Common sense is advocacy to me

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There is this quote by Gertrude Stein that goes:  “Everybody gets so much information all day long that they lose their common sense.”  At first, I did not understand what that meant.  I asked around.  Friends told me what they thought it meant.  The common answer was “don’t believe everything you hear.”  It’s the age of the internet, and information is out there, free for the taking – or in some cases, not free for the taking (meaning you have to pay for it, for instance, online college classes). I decided to put a childhood cancer awareness spin on it, seeing how it is still September and Childhood Cancer Awareness Month.

Childhood Cancer is not rare.  It can strike any time, any place.  It does not care if someone is not aware that kids get cancer.  It is common in the childhood cancer social media community to think that all the cancer kids are at St. Judes Research Hospital, and that they will be fine, just fine before that someone’s child is diagnosed.  It is common to think childhood cancer is very rare, and it is equally as common to think that the only cancer kids get is leukemia.  If only…

And doctors themselves call it rare…  “I’m very sorry to say that your child has a rare form of childhood cancer and we need to start treatment immediately.”  Um…  if it was rare, why is pediatric oncology a viable career choice, and why are pediatric oncology wards always full?

Don’t believe me?  Go visit one and see for yourself.  Trust me when I say it would be the best day ever when every bed in every pediatric oncology floor in the world is empty.  It would be the best day ever when pediatric oncologists are out of a job, and can be regular pediatricians, and cure a cancer on the spot, or within a few days or weeks.  Maybe I’m just dreaming.  Maybe I am just telling fairy tales, but I know this for certain:  heaven is full of children who should not be there.  They should be here, healthy and whole, living their lives.  But where these children once were, there is only silence now.  And tears.  Lots and lots of tears.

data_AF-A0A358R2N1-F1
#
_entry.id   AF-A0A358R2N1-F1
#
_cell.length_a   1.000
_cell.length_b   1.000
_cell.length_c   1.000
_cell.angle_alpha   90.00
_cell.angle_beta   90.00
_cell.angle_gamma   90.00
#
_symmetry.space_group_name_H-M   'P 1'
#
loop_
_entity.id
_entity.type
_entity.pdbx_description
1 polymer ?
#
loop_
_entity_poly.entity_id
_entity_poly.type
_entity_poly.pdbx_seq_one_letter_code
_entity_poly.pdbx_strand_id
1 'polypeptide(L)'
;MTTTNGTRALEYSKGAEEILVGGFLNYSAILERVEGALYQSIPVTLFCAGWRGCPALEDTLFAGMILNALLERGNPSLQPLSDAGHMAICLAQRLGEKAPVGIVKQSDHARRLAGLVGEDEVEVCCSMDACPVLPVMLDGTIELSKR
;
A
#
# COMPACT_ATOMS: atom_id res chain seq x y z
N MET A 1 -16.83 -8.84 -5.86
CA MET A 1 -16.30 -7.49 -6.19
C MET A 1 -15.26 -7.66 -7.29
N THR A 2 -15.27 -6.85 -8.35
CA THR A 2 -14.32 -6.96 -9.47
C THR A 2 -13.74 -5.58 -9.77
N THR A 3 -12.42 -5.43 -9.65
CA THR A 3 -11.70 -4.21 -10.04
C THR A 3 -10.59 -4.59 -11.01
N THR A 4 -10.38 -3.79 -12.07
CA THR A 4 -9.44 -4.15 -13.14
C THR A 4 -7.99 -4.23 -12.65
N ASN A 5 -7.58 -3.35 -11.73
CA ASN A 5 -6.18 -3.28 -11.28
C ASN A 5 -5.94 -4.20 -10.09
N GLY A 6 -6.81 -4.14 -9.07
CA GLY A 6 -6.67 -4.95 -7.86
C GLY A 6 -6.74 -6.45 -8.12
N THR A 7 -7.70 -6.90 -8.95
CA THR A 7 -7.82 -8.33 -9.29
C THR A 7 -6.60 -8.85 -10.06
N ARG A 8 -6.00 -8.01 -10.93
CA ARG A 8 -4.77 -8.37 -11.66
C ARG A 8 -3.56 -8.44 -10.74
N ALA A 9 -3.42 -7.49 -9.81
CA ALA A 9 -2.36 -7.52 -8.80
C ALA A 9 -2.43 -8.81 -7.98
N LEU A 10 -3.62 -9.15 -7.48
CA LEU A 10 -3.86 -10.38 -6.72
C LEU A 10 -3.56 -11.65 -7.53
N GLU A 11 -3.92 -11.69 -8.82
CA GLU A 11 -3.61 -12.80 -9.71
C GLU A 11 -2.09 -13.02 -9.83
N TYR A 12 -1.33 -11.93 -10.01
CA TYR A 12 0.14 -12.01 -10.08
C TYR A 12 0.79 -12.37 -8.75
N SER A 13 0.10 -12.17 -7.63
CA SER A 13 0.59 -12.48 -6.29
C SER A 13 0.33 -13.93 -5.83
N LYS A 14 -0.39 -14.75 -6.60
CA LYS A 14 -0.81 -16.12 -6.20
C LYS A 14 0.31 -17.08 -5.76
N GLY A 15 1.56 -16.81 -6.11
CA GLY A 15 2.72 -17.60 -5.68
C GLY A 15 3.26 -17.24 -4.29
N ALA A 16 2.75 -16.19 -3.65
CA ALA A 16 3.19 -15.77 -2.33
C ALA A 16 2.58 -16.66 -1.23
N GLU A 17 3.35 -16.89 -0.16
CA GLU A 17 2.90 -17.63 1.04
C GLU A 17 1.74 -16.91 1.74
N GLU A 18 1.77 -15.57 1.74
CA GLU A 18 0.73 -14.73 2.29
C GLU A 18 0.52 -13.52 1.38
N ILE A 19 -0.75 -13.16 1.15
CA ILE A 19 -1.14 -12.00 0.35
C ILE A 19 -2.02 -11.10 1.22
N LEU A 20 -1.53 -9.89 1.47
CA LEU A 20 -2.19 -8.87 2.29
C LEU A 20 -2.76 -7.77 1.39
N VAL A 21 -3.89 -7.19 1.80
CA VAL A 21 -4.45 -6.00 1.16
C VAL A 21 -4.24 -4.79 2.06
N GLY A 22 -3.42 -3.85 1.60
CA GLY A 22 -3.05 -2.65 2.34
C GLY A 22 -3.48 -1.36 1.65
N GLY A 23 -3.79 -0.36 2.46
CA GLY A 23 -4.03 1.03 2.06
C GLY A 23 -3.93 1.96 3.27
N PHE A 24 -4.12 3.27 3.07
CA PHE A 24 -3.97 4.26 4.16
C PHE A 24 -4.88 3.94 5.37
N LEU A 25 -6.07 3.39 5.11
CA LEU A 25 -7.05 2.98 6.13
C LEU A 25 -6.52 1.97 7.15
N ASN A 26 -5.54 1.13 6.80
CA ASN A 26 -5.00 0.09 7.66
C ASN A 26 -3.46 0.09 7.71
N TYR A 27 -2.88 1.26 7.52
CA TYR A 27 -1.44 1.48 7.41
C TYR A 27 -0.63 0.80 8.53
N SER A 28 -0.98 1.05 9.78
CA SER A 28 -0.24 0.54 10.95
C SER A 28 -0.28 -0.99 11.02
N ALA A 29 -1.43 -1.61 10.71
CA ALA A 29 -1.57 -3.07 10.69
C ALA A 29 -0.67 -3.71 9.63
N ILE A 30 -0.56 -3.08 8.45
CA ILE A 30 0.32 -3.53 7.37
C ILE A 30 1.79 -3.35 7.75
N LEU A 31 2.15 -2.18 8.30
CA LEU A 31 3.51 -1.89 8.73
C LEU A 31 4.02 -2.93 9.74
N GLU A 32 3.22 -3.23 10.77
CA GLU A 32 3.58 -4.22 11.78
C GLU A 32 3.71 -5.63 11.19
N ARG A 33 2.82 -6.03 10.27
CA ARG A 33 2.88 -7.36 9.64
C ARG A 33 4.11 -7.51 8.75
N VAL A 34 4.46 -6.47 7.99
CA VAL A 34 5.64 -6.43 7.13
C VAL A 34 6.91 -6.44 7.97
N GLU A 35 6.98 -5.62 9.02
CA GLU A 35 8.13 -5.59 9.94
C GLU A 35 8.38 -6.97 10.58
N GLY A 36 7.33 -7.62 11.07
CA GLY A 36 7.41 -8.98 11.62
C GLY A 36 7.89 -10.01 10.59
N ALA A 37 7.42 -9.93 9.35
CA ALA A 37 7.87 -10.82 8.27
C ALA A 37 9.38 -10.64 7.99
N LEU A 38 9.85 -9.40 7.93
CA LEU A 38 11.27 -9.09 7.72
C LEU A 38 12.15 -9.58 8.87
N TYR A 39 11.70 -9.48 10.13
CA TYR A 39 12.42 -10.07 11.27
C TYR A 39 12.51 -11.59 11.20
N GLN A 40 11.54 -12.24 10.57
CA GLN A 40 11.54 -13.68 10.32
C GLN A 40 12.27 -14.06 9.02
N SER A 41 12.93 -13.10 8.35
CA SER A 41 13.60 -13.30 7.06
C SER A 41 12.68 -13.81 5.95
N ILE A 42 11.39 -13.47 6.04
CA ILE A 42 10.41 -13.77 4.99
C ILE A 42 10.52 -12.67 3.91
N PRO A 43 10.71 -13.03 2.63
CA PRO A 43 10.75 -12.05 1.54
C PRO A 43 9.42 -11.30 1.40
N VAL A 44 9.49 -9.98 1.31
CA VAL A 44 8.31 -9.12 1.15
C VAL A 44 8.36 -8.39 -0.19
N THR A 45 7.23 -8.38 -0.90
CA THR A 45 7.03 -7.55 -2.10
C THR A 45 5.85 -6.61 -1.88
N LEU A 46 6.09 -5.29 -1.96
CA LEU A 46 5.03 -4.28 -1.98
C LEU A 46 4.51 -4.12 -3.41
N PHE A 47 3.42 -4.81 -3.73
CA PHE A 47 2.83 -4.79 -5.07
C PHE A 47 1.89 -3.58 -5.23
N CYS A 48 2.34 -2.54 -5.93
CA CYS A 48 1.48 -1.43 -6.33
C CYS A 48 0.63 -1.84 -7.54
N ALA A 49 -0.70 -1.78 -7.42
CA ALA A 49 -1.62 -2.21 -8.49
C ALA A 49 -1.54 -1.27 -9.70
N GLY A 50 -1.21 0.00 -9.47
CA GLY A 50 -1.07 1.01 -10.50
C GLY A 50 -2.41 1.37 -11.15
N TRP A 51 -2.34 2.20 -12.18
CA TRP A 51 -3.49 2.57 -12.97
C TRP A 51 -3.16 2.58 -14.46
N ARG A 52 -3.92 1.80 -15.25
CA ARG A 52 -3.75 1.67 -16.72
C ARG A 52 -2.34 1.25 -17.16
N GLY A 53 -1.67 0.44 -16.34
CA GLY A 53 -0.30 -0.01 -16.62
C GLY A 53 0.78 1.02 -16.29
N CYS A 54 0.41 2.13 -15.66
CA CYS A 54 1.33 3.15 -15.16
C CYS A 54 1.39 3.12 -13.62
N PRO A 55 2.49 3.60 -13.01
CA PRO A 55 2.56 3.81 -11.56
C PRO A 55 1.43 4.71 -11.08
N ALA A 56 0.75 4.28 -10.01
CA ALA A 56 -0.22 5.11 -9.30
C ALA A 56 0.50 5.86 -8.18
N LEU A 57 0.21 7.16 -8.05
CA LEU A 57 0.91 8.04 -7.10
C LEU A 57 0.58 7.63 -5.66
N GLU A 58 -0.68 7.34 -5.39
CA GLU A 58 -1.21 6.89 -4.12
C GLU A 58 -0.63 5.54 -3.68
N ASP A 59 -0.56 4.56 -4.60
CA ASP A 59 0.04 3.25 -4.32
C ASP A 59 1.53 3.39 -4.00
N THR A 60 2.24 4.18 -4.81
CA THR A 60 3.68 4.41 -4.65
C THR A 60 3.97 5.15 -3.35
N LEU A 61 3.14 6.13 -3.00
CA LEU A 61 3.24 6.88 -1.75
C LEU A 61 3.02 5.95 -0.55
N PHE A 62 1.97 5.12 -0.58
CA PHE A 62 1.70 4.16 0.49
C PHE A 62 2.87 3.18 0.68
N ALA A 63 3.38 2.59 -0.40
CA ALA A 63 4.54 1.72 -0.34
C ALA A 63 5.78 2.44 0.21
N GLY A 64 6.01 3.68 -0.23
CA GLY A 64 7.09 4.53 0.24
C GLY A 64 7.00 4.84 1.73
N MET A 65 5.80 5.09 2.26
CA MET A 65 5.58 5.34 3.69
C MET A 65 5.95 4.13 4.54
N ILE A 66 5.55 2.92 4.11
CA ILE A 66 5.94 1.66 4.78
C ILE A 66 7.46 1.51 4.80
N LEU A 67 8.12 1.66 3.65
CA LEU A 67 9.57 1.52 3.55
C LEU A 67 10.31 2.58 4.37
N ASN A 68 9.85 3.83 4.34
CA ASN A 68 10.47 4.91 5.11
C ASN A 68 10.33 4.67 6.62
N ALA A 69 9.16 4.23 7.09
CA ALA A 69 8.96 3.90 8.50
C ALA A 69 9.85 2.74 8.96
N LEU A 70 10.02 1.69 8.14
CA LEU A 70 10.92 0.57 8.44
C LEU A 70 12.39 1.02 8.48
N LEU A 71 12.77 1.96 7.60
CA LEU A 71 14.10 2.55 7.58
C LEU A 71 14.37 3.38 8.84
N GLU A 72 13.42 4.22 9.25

Think of it this way .  If, every single day, 43 families are told, “your child has cancer,” that adds up to 1,290 children this month alone, in USA.  If you stretch it worldwide, the number is unbelievably large.  Bear in mind that math is not my strong subject…  in USA that means 15,695 kids are diagnosed annually, and even a larger amount of children are still in treatment.  Numbers can fluctuate year to year,and even day to day, so sometimes it is more children diagnosed every single day, and sometimes less.  But the fact remains that even one child is too many.  Children should not have to fight diseases with names they cannot pronounce.  Older children should not be spending their time in a hospital bed, or a couch at home, too week to get up.  They should not have cancer, period.

It is mind boggling to me how many people look the other way when confronted with the truth about childhood cancer.  I have written so many letters and emails to politicians and always get the typical form letter back.  Thanks, but our children deserve more than that.  I know my niece and nephew do.  My niece, who is 5 and a half, believes that when you are sick, there is medicine to make you better.  She knows that when I was little I had cancer, and she knows I got even sicker even though I was taking medicine (chemotherapy) for the cancer and that it damaged my brain stem.  My nephew is almost 5 months old, and his face brightens into a smile when I talk to him.  That is innocence.  There is nothing I wouldn’t do for them, and so I fight…  I fight because I know the truth.  I know childhood cancer is not rare, and that tomorrow or somewhere down the line one or both of them could be diagnosed with cancer.  I pray that they won’t…  I pray for every child I know because I know it can happen.  It is like a constant fear that I have…. everything is cancer until it is not.  Everything.

Common sense is advocacy to me because I can’t let it go.  I have to do something, be a part of the solution.  Do you know there are 12 different types of childhood cancer and about 200 subtypes?  Did you know that the USA government only gives the National Institute of Health only 4% of the federal budget for childhood cancer research?  Adult cancers get 96% of it!  And researchers have said over and over that a cure for childhood brain cancer could lead to other cures, including for adult cancers.  Right now, grieving parents are donating their children’s tumors after death. Cancer is the number one cause of death by disease in children.  The number one cause of death!

In what universe is this okay?  You are now aware.  Please do something.  Please pass this on.  Share it.  Scream it.  Don’t look the other way.  Tomorrow, your child may be thrown into the fight of his or her life.  How are you going live with yourself if you are silent today?

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